Thailand’s cybersecurity neglect leads to personal data breaches

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BANGKOK – Thailand’s cybersecurity readiness has been called into question after reports recently leaked tourists’ personal information online, potentially undermining a much-needed recovery in the key sector.

According to cybersecurity research firm Comparitech, the information from around 106 million visitors to Thailand was available to everyone on the Internet earlier this week. The database was discovered on August 22nd by one of the company’s researchers, Bob Diachenko. The Thai authorities removed the data the next day after being alerted by Diachenko.

The 200 gigabyte database contained each visitor’s full name, gender, passport number, residence status, visa type, Thai arrival card number, and arrival date in Thailand. The data on the record ranged from 2011 through this year.

“We don’t know how long the data was disclosed before it was indexed,” said Comparitech. The National Cybersecurity Agency of Thailand confirmed the violation but said it had found no attempts to sell the data over the internet.

The violation comes at a particularly inopportune time for Thailand as the aim is to gradually reopen it to visitors who have been vaccinated against COVID-19. Phuket, an island in the south, is their so-called sandbox experiment, which has welcomed 35,068 tourists since opening its doors fully to vaccinated visitors in July.

Phuket, an island in southern Thailand, has been open to vaccinated foreign tourists since July, but there are now fears that poor cybersecurity could hamper the sector’s recovery. © Reuters

The government now wants to open five more provinces, including Bangkok, to vaccinated tourists from October. That plan is pending, however, as the vaccination program in Bangkok and these provinces will not expand as much as the government had hoped to make a reopening feasible.

The revitalization of tourism is vital to the recovery of Southeast Asia’s second largest economy, as the sector and related businesses represented 20% of Thailand’s gross domestic product before the pandemic broke out. Tourists could now be put off by Thailand’s poor cybersecurity.

The data breach is due in large part to the delayed implementation of the Data Protection Act. This law was approved by the former junta government in February 2019 and was due to come into effect in full in May 2020, but has been postponed twice to give the organizations time and financial headroom to intensify their efforts. It is now expected to come into force on June 1st, 2022.

Had the law been introduced as originally planned, both the public and private sectors would have increased their cybersecurity game. According to the law, violations must be reported immediately to the National Cybersecurity Agency or parties face fines of 200,000 baht ($ 5,960). Companies that have been hacked must provide evidence of adequate cyber-attack protection or face legal sanctions.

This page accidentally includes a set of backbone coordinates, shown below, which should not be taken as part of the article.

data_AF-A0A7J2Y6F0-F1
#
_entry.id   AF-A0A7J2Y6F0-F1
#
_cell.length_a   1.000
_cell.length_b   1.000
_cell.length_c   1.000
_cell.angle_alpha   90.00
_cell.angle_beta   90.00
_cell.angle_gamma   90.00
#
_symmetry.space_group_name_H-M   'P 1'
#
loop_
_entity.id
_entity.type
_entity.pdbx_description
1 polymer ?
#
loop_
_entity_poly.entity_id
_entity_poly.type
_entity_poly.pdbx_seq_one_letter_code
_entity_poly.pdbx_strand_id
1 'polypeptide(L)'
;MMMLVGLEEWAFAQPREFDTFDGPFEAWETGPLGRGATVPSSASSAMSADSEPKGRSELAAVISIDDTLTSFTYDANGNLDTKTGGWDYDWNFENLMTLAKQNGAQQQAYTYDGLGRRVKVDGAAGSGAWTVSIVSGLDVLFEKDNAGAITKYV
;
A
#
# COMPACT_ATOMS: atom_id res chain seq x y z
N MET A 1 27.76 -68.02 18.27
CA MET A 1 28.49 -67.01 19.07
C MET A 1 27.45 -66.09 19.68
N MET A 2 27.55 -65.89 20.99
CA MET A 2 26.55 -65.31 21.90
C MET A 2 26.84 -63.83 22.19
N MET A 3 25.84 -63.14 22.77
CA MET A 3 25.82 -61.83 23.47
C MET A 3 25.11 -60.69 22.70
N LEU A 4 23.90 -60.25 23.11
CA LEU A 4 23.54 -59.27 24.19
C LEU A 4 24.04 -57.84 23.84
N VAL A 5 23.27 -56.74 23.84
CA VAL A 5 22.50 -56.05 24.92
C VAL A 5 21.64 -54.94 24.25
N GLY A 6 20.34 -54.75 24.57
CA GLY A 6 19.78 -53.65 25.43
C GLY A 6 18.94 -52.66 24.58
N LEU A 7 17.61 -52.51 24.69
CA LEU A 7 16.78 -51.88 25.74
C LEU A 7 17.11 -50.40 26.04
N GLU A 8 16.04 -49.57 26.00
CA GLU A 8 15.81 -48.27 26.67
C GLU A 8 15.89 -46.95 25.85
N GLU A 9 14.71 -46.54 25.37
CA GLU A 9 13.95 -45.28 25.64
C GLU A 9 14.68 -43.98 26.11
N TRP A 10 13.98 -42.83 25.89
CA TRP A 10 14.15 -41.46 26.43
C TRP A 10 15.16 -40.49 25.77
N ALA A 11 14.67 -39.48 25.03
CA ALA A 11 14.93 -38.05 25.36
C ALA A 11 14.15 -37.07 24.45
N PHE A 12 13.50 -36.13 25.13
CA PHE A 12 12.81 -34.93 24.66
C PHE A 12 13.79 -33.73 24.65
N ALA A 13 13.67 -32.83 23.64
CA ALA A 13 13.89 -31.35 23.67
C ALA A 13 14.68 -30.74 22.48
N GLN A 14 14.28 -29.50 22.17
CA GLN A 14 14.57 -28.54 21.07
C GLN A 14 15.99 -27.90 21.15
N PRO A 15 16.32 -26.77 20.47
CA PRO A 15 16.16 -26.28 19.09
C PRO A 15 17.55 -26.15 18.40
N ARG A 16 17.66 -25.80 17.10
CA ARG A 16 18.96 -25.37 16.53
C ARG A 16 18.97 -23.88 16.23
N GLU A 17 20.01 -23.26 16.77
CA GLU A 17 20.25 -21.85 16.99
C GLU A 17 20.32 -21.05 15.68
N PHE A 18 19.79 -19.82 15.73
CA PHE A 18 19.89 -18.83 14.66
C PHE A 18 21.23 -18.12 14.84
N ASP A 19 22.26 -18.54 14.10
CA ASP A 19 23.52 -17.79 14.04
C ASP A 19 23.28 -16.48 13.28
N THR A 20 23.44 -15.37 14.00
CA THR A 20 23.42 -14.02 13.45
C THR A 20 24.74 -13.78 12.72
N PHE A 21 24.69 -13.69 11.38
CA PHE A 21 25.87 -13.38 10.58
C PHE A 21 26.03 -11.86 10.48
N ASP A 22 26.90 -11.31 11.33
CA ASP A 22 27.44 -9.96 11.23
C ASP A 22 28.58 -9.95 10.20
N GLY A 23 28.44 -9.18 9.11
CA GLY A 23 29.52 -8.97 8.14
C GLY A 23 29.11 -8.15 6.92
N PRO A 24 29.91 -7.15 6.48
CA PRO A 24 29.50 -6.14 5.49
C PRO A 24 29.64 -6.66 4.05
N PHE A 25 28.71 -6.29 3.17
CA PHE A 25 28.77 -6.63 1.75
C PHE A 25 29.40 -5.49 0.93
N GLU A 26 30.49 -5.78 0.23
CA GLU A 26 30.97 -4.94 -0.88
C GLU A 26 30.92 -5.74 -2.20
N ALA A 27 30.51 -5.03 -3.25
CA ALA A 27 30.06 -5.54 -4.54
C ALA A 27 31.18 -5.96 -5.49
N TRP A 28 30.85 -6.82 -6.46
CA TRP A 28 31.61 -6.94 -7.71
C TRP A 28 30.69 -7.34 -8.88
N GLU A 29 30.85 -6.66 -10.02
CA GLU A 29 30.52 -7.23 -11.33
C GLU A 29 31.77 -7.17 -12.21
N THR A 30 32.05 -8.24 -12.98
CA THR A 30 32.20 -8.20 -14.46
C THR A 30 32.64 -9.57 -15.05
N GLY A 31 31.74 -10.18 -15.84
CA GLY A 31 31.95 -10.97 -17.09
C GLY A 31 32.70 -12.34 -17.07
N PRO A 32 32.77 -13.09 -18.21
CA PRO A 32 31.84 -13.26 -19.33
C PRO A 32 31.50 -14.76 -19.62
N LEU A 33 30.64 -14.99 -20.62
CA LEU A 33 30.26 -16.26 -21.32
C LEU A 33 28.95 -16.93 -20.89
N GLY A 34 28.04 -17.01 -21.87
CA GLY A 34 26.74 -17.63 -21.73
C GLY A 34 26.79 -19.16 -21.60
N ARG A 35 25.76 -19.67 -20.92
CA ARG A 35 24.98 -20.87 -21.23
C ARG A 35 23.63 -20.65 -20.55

The urgency of the implementation has been made clear by the recent cyber attacks on companies. CP Freshmart, a retail company owned by Charoen Pokphand Foods, said on Sept. 7 that the user information system was hacked. Around 594,585 items, including passwords, full names, cell phone numbers, emails, and addresses, were put up for sale on a data black market.

The company insisted that no credit card and financial information be stolen. The Charoen Pokphand Group is Thailand’s largest conglomerate.

The regional airline Bangkok Airways has been another recent victim. It emailed some customers on Aug. 28 informing them that passenger names, nationalities, phone numbers, emails, addresses, passport details, historical travel dates and some credit card information had been stolen.

The regional airline Bangkok Airways recently announced that customer data had been stolen. © Reuters

Indonesia has suffered similar embarrassment recently. In early September, Indonesian President Joko Widodo’s COVID-19 vaccine certificate was leaked online, including his national identity number, the type of vaccine he received and the time it was received. The data was accessible through the Pedulilindeni app, the government’s official vaccine monitoring app.

The government tried to downplay privacy concerns on this app by saying that the president’s national identity number was already available on the General Electoral Commission website while his vaccination date was already fully reported.

“The government urges the public to remain calm and not be provoked by inappropriate information related to the PeduliLindei system,” it said.

The leak came just days after encryption provider vpnMentor said it discovered a breach in the Indonesian government’s test-and-trace app for people entering Indonesia. “The app developers failed to implement adequate data protection protocols and disclosed the data of over 1 million people on an open server,” the company said. The leaked data included passenger ID and COVID-19 test results.

“Our team discovered [the app’s] Records without obstacles, “it said.

Additional coverage from Shotaro Tani in Jakarta


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